much increas in load - it practically never swapped, and buffered almost all
the programs we used to run... :)

For redundancy however is another matter. but I'd rather recommend a
router. I have no experience with the Livingstone Portmasters, but I'd
suggest either them, or Cisco 2509 (8 async ports) or 2511 (16 async ports)
routers which is what we use here. Much more stable than a Linux box will
be.

--


 
 
 

20 Modems on a Linux Box...any suggestions??

Post by Ramon Gand » Thu, 16 May 1996 04:00:00


Contact http://www.livingston.com and look at their servers and
servers/routers.  The Server / router is about $3000.  It has
10 serial ports ready for modems; an ethernet port, and a T1
or fractional T1 connection.  You hook up your modems, your
line to the Internet and your LAN.  Your LAN has a program
t hat logs in new users adn then patches them  via PPP to the
Internet.  Once a user is logged on, a LAN failure will
not disconnect him.  Thus your Linux boxes are not tied up
as a pass-thru ISP box using a serial multiport card would be.

This is much more versatile and stable.  Your LAn would also have
the WEB servers, E-mail and News servers, etc.  But that is a
different story!

Ramon

: >
: > Howdy all....
: >
: > Looking for any cost effective suggestions on how to setup 20 modems on a
: > Linux box.  Do I want a router...multi-port I/O boards...modem rack...etc.

 
 
 

20 Modems on a Linux Box...any suggestions??

Post by Jim Corne » Thu, 16 May 1996 04:00:00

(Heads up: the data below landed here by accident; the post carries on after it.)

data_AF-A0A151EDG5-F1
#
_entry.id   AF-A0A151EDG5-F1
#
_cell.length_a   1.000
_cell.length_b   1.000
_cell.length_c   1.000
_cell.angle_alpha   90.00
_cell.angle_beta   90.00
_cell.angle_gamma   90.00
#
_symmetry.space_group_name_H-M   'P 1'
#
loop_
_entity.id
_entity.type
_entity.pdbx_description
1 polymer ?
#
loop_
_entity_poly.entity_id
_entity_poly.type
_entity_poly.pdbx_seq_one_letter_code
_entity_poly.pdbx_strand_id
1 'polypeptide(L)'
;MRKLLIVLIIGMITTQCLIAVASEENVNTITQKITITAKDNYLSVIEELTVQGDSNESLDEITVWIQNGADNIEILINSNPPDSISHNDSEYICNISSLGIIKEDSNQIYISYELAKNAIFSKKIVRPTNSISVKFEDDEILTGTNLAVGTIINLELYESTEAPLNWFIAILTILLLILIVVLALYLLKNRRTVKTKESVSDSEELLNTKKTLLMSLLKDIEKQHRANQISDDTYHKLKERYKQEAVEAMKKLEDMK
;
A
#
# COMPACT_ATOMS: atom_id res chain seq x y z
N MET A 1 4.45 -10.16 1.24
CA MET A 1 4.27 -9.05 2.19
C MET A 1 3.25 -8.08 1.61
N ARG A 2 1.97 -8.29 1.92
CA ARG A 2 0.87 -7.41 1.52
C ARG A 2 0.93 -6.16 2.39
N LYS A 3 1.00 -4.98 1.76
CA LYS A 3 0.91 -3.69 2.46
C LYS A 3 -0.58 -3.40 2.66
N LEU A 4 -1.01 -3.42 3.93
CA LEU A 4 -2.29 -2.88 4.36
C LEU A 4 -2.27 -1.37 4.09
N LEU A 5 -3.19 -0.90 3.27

>Contact http://www.livingston.com and look at their servers and
>servers/routers.  The Server / router is about $3000.  It has
>10 serial ports ready for modems; an ethernet port, and a T1
>or fractional T1 connection.  You hook up your modems, your
>line to the Internet and your LAN.  Your LAN has a program
>t hat logs in new users adn then patches them  via PPP to the
>Internet.  Once a user is logged on, a LAN failure will
>not disconnect him.  Thus your Linux boxes are not tied up
>as a pass-thru ISP box using a serial multiport card would be.
>This is much more versatile and stable.  Your LAn would also have
>the WEB servers, E-mail and News servers, etc.  But that is a
>different story!
>Ramon

>: >
>: > Howdy all....
>: >
>: > Looking for any cost effective suggestions on how to setup 20 modems on a
>: > Linux box.  Do I want a router...multi-port I/O boards...modem rack...etc.

If you are just looking to add modems try a Computone Intelliserver.
I have two running and now have 32 ports with modems working just
fine.